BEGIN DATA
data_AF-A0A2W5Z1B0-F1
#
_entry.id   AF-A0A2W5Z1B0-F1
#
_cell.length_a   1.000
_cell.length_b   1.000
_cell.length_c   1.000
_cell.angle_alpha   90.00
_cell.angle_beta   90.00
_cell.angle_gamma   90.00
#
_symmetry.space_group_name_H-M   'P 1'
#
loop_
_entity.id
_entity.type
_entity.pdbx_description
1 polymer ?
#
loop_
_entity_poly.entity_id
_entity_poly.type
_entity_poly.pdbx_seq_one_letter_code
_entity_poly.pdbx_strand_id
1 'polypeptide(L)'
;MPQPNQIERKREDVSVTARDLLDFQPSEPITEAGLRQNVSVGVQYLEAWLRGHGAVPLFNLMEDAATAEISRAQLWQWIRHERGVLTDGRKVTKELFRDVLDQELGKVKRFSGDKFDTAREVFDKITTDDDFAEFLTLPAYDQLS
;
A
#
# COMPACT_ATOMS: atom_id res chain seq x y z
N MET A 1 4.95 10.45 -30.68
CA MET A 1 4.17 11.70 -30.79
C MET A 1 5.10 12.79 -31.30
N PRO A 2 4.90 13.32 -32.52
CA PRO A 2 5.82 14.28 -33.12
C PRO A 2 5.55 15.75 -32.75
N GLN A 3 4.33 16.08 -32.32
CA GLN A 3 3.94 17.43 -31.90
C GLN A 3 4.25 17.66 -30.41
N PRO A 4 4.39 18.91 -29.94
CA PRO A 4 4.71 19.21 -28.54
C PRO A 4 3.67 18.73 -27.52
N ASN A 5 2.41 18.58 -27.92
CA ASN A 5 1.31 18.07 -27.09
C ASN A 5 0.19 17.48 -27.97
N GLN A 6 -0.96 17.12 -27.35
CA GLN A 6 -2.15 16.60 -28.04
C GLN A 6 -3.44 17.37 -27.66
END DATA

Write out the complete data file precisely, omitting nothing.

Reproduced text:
data_AF-A0A2W5Z1B0-F1
#
_entry.id   AF-A0A2W5Z1B0-F1
#
_cell.length_a   1.000
_cell.length_b   1.000
_cell.length_c   1.000
_cell.angle_alpha   90.00
_cell.angle_beta   90.00
_cell.angle_gamma   90.00
#
_symmetry.space_group_name_H-M   'P 1'
#
loop_
_entity.id
_entity.type
_entity.pdbx_description
1 polymer ?
#
loop_
_entity_poly.entity_id
_entity_poly.type
_entity_poly.pdbx_seq_one_letter_code
_entity_poly.pdbx_strand_id
1 'polypeptide(L)'
;MPQPNQIERKREDVSVTARDLLDFQPSEPITEAGLRQNVSVGVQYLEAWLRGHGAVPLFNLMEDAATAEISRAQLWQWIRHERGVLTDGRKVTKELFRDVLDQELGKVKRFSGDKFDTAREVFDKITTDDDFAEFLTLPAYDQLS
;
A
#
# COMPACT_ATOMS: atom_id res chain seq x y z
N MET A 1 4.95 10.45 -30.68
CA MET A 1 4.17 11.70 -30.79
C MET A 1 5.10 12.79 -31.30
N PRO A 2 4.90 13.32 -32.52
CA PRO A 2 5.82 14.28 -33.12
C PRO A 2 5.55 15.75 -32.75
N GLN A 3 4.33 16.08 -32.32
CA GLN A 3 3.94 17.43 -31.90
C GLN A 3 4.25 17.66 -30.41
N PRO A 4 4.39 18.91 -29.94
CA PRO A 4 4.71 19.21 -28.54
C PRO A 4 3.67 18.73 -27.52
N ASN A 5 2.41 18.58 -27.92
CA ASN A 5 1.31 18.07 -27.09
C ASN A 5 0.19 17.48 -27.97
N GLN A 6 -0.96 17.12 -27.35
CA GLN A 6 -2.15 16.60 -28.04
C GLN A 6 -3.44 17.37 -27.66